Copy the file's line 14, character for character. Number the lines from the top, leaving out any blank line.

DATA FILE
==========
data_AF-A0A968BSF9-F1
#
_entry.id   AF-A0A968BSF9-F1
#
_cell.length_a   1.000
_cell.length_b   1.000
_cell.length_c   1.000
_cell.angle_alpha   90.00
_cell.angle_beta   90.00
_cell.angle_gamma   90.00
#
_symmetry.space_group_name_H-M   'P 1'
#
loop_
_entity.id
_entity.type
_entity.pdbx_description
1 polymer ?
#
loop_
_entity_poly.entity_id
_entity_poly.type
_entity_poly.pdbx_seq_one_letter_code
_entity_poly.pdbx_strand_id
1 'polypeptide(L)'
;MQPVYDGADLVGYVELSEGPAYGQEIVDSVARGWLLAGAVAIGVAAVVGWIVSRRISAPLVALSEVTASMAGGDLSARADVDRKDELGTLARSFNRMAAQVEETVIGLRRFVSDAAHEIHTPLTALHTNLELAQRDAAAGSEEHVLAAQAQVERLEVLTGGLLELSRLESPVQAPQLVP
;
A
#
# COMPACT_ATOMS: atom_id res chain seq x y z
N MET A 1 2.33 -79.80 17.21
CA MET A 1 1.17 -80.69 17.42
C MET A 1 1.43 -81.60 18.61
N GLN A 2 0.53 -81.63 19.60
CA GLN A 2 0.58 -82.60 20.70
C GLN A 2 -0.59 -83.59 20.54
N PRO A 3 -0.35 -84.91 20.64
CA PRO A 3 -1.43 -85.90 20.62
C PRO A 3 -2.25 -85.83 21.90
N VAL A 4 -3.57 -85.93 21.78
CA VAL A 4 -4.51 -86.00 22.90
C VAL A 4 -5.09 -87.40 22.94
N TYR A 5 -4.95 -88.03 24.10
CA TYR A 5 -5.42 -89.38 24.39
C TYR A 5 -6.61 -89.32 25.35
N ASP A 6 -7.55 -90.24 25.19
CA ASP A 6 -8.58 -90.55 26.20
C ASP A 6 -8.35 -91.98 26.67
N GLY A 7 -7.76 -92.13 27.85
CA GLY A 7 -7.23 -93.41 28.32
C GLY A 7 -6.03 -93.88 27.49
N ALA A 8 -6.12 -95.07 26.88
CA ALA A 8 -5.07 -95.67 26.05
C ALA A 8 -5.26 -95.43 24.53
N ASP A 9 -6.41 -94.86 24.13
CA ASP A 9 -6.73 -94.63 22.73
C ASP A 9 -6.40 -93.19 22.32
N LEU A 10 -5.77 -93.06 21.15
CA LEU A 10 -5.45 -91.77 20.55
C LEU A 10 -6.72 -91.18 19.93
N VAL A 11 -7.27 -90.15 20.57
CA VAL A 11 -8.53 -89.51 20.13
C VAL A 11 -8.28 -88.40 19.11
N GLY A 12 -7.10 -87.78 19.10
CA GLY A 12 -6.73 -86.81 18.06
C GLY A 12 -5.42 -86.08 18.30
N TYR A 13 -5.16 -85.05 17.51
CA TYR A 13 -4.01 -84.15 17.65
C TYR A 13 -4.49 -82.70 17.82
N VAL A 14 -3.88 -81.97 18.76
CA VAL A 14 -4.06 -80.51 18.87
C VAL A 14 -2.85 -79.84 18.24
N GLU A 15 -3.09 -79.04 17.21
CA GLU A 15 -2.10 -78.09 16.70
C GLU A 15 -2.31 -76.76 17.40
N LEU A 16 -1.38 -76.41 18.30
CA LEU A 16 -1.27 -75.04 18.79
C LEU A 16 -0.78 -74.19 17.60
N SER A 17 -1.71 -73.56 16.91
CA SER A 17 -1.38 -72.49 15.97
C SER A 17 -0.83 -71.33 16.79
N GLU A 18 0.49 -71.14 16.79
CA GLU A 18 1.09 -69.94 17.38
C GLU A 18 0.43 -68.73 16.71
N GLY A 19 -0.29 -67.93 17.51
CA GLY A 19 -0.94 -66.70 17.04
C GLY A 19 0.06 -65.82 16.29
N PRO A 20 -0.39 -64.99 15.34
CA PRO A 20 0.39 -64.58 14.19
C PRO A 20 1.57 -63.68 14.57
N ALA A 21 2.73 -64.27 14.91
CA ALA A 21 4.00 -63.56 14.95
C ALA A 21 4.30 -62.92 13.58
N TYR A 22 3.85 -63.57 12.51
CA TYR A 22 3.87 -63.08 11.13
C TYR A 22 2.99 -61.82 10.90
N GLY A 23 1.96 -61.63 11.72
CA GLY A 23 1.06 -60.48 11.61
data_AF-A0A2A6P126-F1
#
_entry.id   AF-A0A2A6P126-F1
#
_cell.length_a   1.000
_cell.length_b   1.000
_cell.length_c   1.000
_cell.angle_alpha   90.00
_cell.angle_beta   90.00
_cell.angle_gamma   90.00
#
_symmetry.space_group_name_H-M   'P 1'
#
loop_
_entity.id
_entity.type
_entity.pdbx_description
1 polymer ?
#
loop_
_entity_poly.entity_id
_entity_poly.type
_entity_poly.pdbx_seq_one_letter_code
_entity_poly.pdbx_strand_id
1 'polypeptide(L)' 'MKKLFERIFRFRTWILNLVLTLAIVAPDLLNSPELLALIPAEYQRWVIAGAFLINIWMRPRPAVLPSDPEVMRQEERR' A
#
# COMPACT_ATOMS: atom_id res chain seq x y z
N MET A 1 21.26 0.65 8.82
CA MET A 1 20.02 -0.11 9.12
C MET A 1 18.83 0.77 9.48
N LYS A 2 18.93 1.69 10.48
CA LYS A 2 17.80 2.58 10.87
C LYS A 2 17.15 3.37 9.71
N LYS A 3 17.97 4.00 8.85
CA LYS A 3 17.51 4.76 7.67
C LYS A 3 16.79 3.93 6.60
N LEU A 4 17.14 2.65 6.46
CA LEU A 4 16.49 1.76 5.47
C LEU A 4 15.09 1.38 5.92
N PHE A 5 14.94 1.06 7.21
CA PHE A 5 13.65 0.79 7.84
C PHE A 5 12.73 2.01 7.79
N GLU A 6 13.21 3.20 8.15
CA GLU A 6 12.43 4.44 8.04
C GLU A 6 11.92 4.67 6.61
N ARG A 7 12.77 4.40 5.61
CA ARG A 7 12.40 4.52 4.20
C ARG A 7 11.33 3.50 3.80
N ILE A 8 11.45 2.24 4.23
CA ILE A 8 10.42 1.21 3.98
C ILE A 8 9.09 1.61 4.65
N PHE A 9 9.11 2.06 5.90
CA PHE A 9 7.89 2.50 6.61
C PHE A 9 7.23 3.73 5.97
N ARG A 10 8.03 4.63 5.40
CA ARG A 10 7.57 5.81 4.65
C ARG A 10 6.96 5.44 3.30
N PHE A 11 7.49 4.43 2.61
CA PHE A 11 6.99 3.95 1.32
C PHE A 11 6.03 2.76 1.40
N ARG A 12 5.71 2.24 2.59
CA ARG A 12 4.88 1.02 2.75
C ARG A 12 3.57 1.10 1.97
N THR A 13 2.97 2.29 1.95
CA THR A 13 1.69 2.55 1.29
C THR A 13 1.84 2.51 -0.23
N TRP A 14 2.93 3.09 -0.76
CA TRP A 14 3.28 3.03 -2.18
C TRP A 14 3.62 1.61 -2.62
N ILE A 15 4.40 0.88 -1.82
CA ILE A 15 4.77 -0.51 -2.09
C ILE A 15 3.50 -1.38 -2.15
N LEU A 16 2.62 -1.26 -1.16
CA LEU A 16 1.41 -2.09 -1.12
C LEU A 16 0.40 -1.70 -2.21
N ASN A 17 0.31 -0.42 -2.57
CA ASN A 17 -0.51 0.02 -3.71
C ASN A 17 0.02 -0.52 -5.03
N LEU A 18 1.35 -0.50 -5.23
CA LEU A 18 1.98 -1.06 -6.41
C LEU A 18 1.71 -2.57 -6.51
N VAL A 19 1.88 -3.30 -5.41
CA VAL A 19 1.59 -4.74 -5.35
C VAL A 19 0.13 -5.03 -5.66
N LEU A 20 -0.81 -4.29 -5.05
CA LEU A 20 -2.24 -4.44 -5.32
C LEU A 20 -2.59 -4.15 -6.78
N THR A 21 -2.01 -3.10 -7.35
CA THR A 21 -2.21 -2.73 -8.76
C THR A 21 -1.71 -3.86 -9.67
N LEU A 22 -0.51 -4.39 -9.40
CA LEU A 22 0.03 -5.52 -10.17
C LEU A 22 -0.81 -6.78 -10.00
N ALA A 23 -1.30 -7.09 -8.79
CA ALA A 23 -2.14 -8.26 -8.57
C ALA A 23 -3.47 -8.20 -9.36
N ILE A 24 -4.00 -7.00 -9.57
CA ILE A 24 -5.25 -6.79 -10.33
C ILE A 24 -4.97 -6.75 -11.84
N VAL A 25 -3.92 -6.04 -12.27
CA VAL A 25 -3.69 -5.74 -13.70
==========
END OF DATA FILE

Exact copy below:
loop_